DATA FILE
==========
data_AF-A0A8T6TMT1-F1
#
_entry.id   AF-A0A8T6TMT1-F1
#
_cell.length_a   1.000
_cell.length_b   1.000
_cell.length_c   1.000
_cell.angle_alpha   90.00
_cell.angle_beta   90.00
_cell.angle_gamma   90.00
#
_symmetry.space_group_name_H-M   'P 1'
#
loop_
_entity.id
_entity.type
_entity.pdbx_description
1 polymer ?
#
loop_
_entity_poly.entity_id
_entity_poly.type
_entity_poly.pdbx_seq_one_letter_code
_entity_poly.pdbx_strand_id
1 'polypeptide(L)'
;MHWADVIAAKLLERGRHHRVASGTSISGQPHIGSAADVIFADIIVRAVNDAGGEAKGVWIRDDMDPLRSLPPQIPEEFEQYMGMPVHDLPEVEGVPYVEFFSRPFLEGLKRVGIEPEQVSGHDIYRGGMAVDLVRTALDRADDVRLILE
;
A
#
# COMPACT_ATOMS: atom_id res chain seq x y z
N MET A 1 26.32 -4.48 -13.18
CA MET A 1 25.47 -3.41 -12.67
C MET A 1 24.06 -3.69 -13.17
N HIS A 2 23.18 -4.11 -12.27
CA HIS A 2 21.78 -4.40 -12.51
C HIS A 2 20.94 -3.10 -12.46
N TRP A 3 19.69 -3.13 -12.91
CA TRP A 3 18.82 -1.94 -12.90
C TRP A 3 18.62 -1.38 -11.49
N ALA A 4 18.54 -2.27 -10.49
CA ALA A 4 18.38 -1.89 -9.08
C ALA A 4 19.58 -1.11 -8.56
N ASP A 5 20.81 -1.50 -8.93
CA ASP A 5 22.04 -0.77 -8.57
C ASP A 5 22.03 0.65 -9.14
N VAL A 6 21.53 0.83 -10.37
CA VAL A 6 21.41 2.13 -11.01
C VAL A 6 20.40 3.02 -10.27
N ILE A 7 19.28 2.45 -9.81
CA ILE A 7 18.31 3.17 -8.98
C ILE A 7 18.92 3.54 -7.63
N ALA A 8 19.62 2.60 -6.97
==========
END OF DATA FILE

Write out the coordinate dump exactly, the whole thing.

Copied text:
data_AF-A0A8T6TMT1-F1
#
_entry.id   AF-A0A8T6TMT1-F1
#
_cell.length_a   1.000
_cell.length_b   1.000
_cell.length_c   1.000
_cell.angle_alpha   90.00
_cell.angle_beta   90.00
_cell.angle_gamma   90.00
#
_symmetry.space_group_name_H-M   'P 1'
#
loop_
_entity.id
_entity.type
_entity.pdbx_description
1 polymer ?
#
loop_
_entity_poly.entity_id
_entity_poly.type
_entity_poly.pdbx_seq_one_letter_code
_entity_poly.pdbx_strand_id
1 'polypeptide(L)'
;MHWADVIAAKLLERGRHHRVASGTSISGQPHIGSAADVIFADIIVRAVNDAGGEAKGVWIRDDMDPLRSLPPQIPEEFEQYMGMPVHDLPEVEGVPYVEFFSRPFLEGLKRVGIEPEQVSGHDIYRGGMAVDLVRTALDRADDVRLILE
;
A
#
# COMPACT_ATOMS: atom_id res chain seq x y z
N MET A 1 26.32 -4.48 -13.18
CA MET A 1 25.47 -3.41 -12.67
C MET A 1 24.06 -3.69 -13.17
N HIS A 2 23.18 -4.11 -12.27
CA HIS A 2 21.78 -4.40 -12.51
C HIS A 2 20.94 -3.10 -12.46
N TRP A 3 19.69 -3.13 -12.91
CA TRP A 3 18.82 -1.94 -12.90
C TRP A 3 18.62 -1.38 -11.49
N ALA A 4 18.54 -2.27 -10.49
CA ALA A 4 18.38 -1.89 -9.08
C ALA A 4 19.58 -1.11 -8.56
N ASP A 5 20.81 -1.50 -8.93
CA ASP A 5 22.04 -0.77 -8.57
C ASP A 5 22.03 0.65 -9.14
N VAL A 6 21.53 0.83 -10.37
CA VAL A 6 21.41 2.13 -11.01
C VAL A 6 20.40 3.02 -10.27
N ILE A 7 19.28 2.45 -9.81
CA ILE A 7 18.31 3.17 -8.98
C ILE A 7 18.92 3.54 -7.63
N ALA A 8 19.62 2.60 -6.97